Because of the strategic geographical position of the island in the Mediterranean, Sardinia has been - in the course of the centuries - subject to conquests by Phoenicians, Carthaginians, Romans, Arabs, Aragonese, Genovese, Pisans and - finally - by Sabaudi. Because of the influence of the people who dominated the island, viticulture and wine making has been strongly affected by the traditions and cultures of the many people, while living alternates periods of decay and of truly splendor. Among the people who mainly contributed to the development of enology in the island, are remembered the ones coming from the Aegean sea and from the Iberian peninsula. In fact, these people introduced new and fundamental viticultural and enological techniques, as well as the introduction of new grape varieties, still today found in Sardinia where they play an important role. Many of the famous grapes of Sardinia - such as Cannonau and Carignan - have been introduced by Spaniards, however the quantity of autochthonous grapes is pretty interesting and capable of making very good wines.


 

 A fundamental event for the viticulture of Sardinia - as well as for its agriculture - was represented by the promulgation of Carta De Logu. It was in 1392 Eleonora di Arborea - by continuing the job done by her father Mariano IV - promulgated this important document which regulated the viticulture and agriculture until 1827. Carta De Logu had in its goals, the purpose of increasing, safeguarding and incentivizing the cultivation of the vine and the production of wine. Moreover, there were also emanated heavy fines and corporal penalties to anyone not obeying to Carta De Logu's laws, which also provided the cut of the hand to anyone who fired vineyards or furtively uprooted vineyards. To the ones who did not plant vineyards in their lands, they were confiscated and given to others capable of working them. At the end of feudal times, rural property was abolished and many lands were therefore destined to pastures, then, in 1736 - thanks to marquis of Rivarolo - Carta De Logu was reintroduced again, therefore contributing to the development of viticulture in Sardinia.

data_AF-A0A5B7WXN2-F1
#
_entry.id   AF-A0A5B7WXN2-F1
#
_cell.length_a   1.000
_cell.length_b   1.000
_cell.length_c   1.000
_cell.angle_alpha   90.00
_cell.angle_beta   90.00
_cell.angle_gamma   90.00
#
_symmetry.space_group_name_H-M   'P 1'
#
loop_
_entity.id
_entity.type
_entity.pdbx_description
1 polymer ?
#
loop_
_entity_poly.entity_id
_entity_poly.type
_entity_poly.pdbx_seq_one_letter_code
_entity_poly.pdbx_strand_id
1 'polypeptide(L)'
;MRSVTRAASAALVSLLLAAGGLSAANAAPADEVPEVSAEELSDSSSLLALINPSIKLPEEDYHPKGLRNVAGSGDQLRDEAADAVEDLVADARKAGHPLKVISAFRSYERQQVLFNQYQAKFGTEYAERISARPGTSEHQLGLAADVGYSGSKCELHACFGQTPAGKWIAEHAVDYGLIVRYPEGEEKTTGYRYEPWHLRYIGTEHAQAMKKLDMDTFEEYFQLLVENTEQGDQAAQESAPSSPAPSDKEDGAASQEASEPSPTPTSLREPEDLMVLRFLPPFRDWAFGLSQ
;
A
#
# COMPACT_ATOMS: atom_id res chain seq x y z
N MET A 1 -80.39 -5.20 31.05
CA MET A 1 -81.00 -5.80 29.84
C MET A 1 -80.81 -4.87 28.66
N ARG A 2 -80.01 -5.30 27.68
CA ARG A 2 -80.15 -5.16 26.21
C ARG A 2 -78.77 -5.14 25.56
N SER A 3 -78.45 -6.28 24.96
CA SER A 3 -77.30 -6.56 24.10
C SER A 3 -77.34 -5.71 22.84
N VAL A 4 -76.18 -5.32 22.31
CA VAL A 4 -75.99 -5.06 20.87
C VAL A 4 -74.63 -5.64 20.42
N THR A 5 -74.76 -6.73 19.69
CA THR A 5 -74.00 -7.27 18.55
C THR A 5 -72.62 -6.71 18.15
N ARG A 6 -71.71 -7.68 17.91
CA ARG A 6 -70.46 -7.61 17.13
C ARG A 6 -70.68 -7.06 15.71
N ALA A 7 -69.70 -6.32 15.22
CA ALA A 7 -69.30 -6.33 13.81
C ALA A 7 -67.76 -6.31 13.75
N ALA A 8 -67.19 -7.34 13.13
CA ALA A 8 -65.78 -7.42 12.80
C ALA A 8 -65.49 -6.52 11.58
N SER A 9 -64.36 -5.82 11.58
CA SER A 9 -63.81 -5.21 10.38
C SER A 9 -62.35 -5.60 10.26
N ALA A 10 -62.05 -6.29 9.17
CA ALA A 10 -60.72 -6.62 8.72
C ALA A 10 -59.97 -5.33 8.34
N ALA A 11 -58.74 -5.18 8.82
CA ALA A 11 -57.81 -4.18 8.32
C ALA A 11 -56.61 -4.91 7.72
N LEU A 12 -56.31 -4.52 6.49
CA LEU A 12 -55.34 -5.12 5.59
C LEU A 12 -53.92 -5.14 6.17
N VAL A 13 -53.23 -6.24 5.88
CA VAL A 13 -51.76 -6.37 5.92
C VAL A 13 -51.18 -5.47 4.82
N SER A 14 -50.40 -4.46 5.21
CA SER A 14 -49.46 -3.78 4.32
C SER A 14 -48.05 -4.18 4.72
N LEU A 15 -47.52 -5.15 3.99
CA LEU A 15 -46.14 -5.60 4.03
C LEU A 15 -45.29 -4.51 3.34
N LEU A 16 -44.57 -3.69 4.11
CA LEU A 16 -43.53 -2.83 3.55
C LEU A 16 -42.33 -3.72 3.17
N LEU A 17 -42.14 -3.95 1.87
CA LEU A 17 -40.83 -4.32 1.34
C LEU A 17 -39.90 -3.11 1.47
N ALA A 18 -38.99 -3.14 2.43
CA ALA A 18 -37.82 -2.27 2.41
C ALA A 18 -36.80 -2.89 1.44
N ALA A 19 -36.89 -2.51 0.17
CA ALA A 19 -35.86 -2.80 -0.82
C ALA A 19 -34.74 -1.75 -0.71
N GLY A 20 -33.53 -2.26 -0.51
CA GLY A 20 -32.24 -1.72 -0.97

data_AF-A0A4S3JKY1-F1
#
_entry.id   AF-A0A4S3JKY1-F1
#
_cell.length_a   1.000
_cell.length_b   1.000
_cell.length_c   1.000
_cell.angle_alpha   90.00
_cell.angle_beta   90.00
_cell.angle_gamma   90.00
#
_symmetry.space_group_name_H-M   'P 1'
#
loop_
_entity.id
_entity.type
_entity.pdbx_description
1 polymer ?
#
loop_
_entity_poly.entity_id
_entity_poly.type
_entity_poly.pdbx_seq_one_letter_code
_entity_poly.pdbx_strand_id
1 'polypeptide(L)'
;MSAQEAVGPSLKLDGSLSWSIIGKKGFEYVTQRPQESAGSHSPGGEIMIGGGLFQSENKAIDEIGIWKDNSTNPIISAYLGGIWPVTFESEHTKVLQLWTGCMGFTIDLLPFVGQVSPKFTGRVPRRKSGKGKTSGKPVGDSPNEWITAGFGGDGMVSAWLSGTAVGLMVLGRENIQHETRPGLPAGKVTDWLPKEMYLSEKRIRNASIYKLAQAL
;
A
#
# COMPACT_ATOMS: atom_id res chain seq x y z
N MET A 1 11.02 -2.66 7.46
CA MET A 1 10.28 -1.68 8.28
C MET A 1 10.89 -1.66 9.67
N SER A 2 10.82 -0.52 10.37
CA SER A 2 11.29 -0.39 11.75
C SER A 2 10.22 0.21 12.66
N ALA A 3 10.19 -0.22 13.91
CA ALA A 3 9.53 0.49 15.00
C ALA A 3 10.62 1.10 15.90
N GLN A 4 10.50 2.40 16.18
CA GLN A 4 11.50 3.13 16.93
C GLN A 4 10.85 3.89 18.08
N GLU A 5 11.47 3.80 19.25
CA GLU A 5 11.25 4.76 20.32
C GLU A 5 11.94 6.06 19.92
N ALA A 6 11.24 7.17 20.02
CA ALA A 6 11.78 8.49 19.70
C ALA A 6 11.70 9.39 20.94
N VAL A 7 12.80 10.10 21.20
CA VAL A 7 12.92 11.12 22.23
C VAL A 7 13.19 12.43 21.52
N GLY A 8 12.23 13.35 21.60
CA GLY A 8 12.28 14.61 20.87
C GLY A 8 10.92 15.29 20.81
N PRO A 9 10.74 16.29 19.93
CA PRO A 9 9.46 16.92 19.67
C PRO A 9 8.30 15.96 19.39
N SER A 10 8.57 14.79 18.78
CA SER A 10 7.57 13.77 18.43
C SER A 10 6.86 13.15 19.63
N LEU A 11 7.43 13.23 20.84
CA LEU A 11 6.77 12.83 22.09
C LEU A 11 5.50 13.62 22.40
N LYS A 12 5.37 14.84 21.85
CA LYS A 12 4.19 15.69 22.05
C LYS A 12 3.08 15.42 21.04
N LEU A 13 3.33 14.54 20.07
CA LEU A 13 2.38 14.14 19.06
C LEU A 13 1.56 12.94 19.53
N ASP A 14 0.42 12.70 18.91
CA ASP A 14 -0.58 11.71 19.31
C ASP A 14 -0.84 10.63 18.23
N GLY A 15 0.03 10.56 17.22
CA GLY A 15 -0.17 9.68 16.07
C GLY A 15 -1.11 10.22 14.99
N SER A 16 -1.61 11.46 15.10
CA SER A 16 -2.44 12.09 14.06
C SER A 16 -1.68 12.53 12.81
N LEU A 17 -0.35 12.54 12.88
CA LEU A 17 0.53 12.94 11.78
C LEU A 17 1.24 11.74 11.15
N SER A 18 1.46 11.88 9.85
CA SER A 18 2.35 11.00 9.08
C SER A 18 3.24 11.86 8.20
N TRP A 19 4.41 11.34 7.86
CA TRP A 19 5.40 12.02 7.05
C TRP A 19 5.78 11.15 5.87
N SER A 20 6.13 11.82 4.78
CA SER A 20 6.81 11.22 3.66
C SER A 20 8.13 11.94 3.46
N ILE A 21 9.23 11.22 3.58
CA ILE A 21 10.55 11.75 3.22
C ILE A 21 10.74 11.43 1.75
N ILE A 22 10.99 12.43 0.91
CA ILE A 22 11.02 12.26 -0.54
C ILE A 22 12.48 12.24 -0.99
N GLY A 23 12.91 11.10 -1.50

It was in this period wines of Sardinia began to become popular outside the borders of the region, in particular Cannonau produced in the areas near Nuoro, Vermentino di Gallura, Vernaccia di Oristano, Malvasia di Bosa, Monica passito (sweet), Girò, Moscato and Nasco. The development of wine making in Sardinia - here as it was everywhere else - was stopped with the arrive of phylloxera: only the vineyards planted in sandy soils could be saved. It was just in the beginning of the 1950's viticulture in Sardinia could resume its development thanks to the establishment of countless cooperative wineries. In this period the production was mainly attracted by quantity instead of quality, in particular for colored and concentrated red wines, with high alcohol volume, frequently used for strengthening other wines. With the introduction of quality production - which requires low yields in vineyards - many of cooperative and private wineries of Sardinia ended their business. This event - here as well as in other Italian regions - has allowed wines of Sardinia to reach the current remarkable quality levels, including the historical and typical wines of the island produced with autochthonous grapes.

 

Classification of Sardinia